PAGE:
“O’Hare Tower, We Have Your Numbers”
Since the beginning of aviation, the primary means of pilot-controller communication has been voice over the radio. By the late 1950s, air traffic control radio frequencies were becoming congested.
A serious bottleneck was the tower control frequency. As aircraft arrived in the terminal area, pilots would contact the tower and request the current airport information. The controller would respond with cloud conditions, altimeter setting, wind speed and direction, active runway, and any other information the pilots needed to know. This worked fine when an airport had a handful of arrivals each hour. Busy airports, like Chicago, had so many arrivals that tower controllers spent most of their time repeating the same information to every pilot. There had to be a better way…
In an effort to relieve the congestion, pilots would often monitor the tower frequency early, hoping to overhear the controller issue the information to another pilot. When it came time to call the tower, pilots would report “we have your numbers,” saving the controller from repeating the same information. This technique helped, but was far from a satisfactory solution.
1964: A Solution Emerges
In early 1964, the FAA began testing a service to give pilots timely airport information without burdening air traffic controllers. Chicago, Van Nuys, New York, and San Francisco/Oakland where the first airports to test the new system called ATIS – Automatic Terminal Information Service.
The idea was simple. Each hour, a controller records the current airport conditions. The recording is broadcast on a loop using local navigation aids (usually a VOR).
When an aircraft approaches an airport, the pilots tune in the VOR frequency and listen to the repeating message. Pilots preparing to depart listen to the recording at their convenience before taxiing. Tower controllers could now devote more time to keeping airplanes separated instead of repeating information.
ATIS worked beautifully and was fast-tracked for busy airports. By 1968, 60 airports had ATIS. Larger airports began broadcasting on dedicated VHF voice frequencies to make it more convenient for pilots. In 1974, ICAO defined its use internationally.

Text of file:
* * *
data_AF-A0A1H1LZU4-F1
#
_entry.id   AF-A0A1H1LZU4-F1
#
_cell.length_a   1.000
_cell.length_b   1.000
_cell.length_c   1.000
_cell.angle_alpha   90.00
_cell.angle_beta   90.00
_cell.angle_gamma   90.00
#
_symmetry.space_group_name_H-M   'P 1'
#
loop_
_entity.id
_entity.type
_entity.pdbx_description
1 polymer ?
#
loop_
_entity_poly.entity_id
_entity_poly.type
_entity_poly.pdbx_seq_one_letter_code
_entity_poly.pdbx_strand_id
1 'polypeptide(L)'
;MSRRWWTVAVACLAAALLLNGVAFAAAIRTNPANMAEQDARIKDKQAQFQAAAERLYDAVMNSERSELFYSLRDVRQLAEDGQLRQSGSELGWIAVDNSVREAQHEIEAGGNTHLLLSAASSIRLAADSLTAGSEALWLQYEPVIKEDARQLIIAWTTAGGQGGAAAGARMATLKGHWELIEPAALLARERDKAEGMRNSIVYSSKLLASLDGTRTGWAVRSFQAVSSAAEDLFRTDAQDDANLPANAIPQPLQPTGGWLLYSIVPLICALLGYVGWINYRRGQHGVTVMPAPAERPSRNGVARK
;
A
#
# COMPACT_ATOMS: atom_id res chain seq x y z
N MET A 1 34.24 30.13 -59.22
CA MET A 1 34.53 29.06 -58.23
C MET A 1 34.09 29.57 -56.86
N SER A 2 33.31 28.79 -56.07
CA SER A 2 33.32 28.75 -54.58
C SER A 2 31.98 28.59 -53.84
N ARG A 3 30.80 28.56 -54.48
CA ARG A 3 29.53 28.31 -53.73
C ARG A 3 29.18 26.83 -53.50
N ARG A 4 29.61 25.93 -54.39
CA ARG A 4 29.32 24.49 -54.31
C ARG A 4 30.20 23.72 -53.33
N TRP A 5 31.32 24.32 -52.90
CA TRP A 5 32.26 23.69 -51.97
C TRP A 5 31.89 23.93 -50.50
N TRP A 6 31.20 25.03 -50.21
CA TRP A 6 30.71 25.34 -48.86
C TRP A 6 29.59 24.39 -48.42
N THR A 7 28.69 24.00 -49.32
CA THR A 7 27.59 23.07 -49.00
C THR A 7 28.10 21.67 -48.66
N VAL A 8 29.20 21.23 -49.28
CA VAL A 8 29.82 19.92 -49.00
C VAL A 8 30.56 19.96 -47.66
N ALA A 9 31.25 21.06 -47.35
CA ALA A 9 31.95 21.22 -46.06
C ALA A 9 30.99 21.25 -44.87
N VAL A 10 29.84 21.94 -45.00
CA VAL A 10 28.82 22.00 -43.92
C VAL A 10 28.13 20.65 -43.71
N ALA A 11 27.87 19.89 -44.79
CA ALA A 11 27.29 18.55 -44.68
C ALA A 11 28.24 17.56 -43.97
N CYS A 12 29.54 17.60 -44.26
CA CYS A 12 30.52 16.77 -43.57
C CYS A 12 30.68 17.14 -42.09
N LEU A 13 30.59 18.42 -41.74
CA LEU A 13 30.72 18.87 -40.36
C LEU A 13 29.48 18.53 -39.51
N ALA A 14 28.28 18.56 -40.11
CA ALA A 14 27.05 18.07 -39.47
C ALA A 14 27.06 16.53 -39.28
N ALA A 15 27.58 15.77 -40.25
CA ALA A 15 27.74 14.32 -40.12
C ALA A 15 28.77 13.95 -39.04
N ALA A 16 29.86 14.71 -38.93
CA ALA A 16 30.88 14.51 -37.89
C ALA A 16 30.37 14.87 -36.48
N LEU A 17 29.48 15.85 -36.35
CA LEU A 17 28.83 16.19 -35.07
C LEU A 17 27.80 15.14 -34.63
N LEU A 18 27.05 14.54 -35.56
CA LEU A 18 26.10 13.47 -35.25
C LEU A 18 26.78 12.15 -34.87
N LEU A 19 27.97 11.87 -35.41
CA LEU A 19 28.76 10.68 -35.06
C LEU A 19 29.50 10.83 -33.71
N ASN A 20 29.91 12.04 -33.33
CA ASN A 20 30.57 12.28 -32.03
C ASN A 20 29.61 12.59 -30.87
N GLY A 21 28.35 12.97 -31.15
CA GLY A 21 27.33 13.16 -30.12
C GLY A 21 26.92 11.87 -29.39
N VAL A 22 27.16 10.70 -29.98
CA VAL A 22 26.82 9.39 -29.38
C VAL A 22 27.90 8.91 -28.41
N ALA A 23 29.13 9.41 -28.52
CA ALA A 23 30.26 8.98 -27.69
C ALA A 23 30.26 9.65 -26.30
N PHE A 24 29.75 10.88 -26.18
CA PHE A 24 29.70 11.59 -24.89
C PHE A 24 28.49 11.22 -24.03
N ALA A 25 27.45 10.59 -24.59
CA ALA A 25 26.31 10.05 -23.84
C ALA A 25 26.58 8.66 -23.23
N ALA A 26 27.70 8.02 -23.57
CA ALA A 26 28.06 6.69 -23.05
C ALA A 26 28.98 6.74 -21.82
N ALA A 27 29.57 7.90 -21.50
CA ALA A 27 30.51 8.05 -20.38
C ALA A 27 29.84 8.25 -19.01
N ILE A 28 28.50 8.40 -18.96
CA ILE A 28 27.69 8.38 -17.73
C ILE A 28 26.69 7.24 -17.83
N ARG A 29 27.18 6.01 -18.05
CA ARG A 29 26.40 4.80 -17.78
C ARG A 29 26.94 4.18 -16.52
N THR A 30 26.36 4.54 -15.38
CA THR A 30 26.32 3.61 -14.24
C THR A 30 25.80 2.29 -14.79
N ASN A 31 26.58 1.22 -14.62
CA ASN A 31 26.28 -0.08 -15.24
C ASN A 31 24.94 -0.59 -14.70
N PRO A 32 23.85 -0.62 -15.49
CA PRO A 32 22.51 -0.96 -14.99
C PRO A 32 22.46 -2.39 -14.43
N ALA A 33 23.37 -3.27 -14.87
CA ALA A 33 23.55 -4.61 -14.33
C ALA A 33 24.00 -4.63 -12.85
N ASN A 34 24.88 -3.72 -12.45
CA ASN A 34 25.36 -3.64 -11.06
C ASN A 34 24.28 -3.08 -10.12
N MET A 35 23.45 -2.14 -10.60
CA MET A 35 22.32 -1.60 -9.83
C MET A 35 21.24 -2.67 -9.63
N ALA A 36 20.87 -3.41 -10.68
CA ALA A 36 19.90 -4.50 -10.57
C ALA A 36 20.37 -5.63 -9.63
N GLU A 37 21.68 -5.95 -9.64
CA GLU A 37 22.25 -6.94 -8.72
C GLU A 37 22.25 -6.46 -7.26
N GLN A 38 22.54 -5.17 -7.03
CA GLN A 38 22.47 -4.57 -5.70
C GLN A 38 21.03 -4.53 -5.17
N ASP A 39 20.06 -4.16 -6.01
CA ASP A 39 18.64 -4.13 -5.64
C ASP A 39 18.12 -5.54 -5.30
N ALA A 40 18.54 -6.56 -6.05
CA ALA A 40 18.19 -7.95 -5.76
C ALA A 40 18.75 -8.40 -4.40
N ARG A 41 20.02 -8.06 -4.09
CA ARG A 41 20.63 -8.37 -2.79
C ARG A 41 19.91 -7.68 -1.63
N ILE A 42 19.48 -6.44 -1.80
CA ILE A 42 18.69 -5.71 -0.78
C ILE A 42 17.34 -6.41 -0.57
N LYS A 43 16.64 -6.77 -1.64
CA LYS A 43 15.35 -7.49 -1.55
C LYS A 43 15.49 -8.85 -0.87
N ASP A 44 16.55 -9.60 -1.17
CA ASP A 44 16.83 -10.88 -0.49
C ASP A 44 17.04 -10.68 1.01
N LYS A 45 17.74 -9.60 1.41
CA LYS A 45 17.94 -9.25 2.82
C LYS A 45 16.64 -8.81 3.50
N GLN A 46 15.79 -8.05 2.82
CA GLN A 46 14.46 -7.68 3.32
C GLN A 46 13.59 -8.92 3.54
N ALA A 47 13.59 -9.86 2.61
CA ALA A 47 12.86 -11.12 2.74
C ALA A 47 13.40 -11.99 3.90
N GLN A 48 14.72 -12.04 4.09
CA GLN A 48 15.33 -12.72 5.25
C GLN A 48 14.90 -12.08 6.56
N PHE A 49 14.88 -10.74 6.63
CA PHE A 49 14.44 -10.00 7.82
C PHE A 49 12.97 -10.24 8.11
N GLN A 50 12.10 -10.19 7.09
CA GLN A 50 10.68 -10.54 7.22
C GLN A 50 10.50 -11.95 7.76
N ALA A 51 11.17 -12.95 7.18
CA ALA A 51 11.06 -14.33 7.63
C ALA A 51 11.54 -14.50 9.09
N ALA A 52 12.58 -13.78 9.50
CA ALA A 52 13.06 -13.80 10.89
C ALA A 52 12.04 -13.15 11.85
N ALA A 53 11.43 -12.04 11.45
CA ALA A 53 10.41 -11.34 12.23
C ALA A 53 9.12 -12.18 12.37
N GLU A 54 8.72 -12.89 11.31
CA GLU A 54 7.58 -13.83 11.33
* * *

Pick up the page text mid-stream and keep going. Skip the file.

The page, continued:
ATIS Format and Example
The content of U.S. ATIS has changed very little since 1964:
- Airport name, designator, zulu time
- Wind direction & speed
- Visibility and weather
- Cloud conditions
- Temperature & dew point
- Altimeter setting
- Runway(s) in use
- Comments or special information
ATIS is usually updated once an hour; 30 minutes at some airports. If the weather or airport conditions change significantly before the next version is due, a new message is recorded immediately with the word “special” added after the zulu time. This alerts pilots that a significant change has occurred.
Here’s an ATIS recorded in 2014 at Rockford International airport (KRFD) near Chicago. The transcription follows:
Rockford Tower information X-Ray, 0754 zulu.
Wind zero-eight-zero at eight
Visibility one-zero, light rain
Ceiling 2500 broken, 3300 broken, and 4500 overcast
Temperature four, dew point one
ILS runway one and ILS runway seven approaches are in use
Clearance Delivery is 119.25
Ground control is combined with tower on 118.1
Advise on initial contact you have information X-Ray
The first and last item in the recording is important. When ATIS is updated, it’s assigned a phonetic alphabet letter. The first broadcast of the day is “Information Alpha” followed by Bravo, Charlie, etc. After information Zulu, it starts over with Alpha. When a pilot contacts an approach control facility, they tell the controller they have “information X-Ray” (or whatever the current designator is). This lets the controller know the crew has current (or obsolete) information.
ATIS Outside the U.S.
Airports outside the United States generally follow the standard ICAO format, which is a little different. Runway information is provided first, followed by the weather and comments. Here’s an example from London Stansted Airport (EGSS).